Leupold has been a leader in the optics market for many years.  In the past decade, their dominance has come under fire from companies offering less-expensive optics, most of which are made in Japan.  The question many asked: “will Leupold cut corners to try and compete at lower prices, or maintain status as a premium manufacturer?”.  I’d say the Beaverton, Oregon based company has opted for the latter.  This is my first take on the Leupold LRP line, so I was excited to get it out and stretch its legs.

Leupold VX-3i LRP 4.5-14x FFP | Precision optic quick-look

The specific model I got a hold of to review is the VX-3i, LRP (long range precision).  This is a 4.5-14×50 power optic, with a mil-based reticle in the front focal plane.  The reticle has 10 mils of vertical and horizontal marks in .5 mil increments.  Internally, the scope has 29 mils of horizontal and vertical adjustment.  The finger-adjustable turrets have a zero stop, are resettable to zero and adjust in .1 mil clicks.  The vertical adjustment knob is exposed, but the horizontal adjustment knob is protected by a removable cap.  Parralax is adjusted via a side mounted knob.  The magnification adjustment ring has a small amount of stiffness to overcome, then glides very smoothly.  This is in part due to the throw lever on the ring, which gives better leverage and control.

leupold tmr lrLeupold VX-3i LRP 4.5-14x FFP | Precision optic quick-look
Magnification adjustment bezel and lever

The 30mm maintube is constructed from 6061-t6 aluminum, weighs in at 20 ounces and contributes to the moderate overall length of 12.6″.  The external lenses are protected by Diamond Coat 2 and are fog-proof, shock-proof and water-proof.  The Twilight Max Reticle (TMR) system is designed to maximize light transmission and color contrast, allowing the shooter to keep hunting when the light is starting to fail.  Leupold has really pulled out all the stops with the LRP and has pretty much every conceivable base covered.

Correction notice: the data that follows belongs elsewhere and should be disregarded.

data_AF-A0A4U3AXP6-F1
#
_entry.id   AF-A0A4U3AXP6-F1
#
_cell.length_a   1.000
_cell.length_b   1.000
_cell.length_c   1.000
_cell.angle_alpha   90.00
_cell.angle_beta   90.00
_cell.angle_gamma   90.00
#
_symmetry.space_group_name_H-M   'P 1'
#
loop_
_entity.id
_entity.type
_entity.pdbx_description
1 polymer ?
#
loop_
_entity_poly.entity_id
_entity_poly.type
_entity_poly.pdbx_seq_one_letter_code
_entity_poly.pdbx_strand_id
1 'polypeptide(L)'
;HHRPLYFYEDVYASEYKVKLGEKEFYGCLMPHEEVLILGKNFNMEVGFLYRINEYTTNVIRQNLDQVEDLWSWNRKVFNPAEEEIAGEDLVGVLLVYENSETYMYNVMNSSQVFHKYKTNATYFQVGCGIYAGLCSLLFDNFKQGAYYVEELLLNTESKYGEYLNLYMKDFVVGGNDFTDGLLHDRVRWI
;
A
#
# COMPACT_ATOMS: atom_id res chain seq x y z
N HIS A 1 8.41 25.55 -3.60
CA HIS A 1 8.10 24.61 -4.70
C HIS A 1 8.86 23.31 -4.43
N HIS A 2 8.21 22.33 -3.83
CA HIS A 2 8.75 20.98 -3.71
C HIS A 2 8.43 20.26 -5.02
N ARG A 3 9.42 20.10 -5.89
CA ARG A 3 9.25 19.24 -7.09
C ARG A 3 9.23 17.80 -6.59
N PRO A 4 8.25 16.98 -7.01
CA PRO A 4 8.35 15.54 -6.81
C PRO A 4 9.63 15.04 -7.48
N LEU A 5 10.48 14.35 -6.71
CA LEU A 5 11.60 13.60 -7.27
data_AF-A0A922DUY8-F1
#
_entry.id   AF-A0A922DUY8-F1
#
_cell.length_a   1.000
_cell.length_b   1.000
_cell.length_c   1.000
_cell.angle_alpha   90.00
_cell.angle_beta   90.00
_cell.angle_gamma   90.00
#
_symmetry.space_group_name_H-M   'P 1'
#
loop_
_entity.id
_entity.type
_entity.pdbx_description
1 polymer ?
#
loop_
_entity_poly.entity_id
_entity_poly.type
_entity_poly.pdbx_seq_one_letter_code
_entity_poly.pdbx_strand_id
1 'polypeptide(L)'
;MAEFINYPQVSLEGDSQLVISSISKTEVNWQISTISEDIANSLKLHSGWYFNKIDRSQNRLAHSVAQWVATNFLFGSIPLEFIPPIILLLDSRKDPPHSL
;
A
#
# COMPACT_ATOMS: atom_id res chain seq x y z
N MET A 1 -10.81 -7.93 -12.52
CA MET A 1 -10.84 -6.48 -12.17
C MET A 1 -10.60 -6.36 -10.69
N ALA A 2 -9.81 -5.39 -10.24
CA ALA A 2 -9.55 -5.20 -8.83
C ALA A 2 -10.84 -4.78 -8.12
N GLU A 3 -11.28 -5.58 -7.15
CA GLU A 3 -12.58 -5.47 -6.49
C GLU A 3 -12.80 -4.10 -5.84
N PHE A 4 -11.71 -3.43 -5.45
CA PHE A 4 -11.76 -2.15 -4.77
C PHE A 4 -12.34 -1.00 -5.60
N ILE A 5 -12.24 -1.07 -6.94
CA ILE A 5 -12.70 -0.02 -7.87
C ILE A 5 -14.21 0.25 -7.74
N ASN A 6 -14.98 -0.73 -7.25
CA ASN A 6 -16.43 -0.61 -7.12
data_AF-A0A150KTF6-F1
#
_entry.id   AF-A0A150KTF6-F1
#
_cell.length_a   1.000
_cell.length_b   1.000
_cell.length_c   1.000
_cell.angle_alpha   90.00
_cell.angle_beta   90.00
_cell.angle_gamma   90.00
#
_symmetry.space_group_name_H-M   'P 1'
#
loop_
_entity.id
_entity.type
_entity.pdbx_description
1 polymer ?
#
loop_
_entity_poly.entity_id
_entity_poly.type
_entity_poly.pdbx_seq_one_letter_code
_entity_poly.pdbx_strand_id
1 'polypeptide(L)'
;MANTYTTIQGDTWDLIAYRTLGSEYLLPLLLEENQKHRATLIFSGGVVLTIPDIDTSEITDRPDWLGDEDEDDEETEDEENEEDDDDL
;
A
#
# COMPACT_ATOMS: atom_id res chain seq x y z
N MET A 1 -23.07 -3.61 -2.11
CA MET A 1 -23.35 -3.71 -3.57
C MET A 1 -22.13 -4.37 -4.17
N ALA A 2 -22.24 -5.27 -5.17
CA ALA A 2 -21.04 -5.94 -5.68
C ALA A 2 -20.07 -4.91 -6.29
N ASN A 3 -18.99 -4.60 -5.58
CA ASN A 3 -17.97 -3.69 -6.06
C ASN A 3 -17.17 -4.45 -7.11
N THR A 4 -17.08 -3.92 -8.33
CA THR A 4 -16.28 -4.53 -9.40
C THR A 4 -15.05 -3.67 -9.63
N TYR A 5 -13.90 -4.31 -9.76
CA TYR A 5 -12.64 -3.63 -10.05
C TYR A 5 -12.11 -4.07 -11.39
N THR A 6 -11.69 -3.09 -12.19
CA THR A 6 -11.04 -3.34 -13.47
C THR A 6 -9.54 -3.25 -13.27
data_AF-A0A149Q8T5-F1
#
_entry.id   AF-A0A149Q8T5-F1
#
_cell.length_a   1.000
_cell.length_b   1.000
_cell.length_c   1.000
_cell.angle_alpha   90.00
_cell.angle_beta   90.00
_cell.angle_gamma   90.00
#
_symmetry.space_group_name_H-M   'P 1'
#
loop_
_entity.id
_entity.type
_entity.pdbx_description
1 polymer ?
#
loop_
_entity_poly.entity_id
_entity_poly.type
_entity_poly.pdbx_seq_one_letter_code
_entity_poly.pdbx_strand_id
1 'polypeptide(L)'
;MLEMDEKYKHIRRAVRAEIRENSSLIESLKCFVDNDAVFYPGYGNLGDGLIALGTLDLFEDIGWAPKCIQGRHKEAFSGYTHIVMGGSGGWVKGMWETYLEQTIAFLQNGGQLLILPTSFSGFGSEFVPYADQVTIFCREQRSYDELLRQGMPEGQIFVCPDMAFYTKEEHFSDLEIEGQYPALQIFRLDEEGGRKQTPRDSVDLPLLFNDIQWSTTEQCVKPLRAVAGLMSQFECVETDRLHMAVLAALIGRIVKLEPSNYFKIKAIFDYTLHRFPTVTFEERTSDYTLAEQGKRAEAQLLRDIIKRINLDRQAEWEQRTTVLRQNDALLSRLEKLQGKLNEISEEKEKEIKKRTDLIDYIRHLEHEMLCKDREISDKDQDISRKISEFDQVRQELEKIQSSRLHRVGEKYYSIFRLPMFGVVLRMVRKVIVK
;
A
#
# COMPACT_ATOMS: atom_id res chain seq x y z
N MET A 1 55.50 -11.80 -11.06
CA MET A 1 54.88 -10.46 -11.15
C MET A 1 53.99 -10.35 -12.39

TMR reticle. Excellent Mil-based reticle, but without the large, vision obscuring mil-dots. Photo courtecy of Leupold’s product manual

I mounted Leupold’s LRP to a Radian Weapons Model 1 using Leupolds one-piece Mark 2 mount.  This provides the optimal height for mounting on an AR pattern rifle.  While this isn’t the rifle with the most long-range potential that I own, it is the most accurate and is the one I have the best “feel” for.  It is an entirely predictable rifle, devoid of surprises.  I picked up a quick zero at 50 yards, then dialed it in at 100 yards.  Deciding the LRP needed a poor-mans “box test” to gauge repeat-ability in turret adjustments, I cranked each knob a full turn-and-a-half in each direction, then back to zero.  No problems there, the LRP had me back to zero.  When I started working out to 200 yards and beyond, the fog that had been on-and-off all day rolled back in, limiting my visibility severely.

Leupold VX-3i LRP 4.5-14x FFP | Precision optic quick-look

So while I wasn’t able to sling lead past 200 for long, I was able to do a lot of shooting between 50-150 yards and kept wrenching on the windage and elevation turrets all day long.  When I returned them to zero, the scope obeyed.  The glass was impressively clear and bright, despite fighting the fog and a gray rainy day.  The Leupold LRP is another bullseye out of Oregon.  While MSRP is $12934.99, street price is more like $949.  Check it out!

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-Rex Nanorum

 

This article is courtesy of The Loadout Room.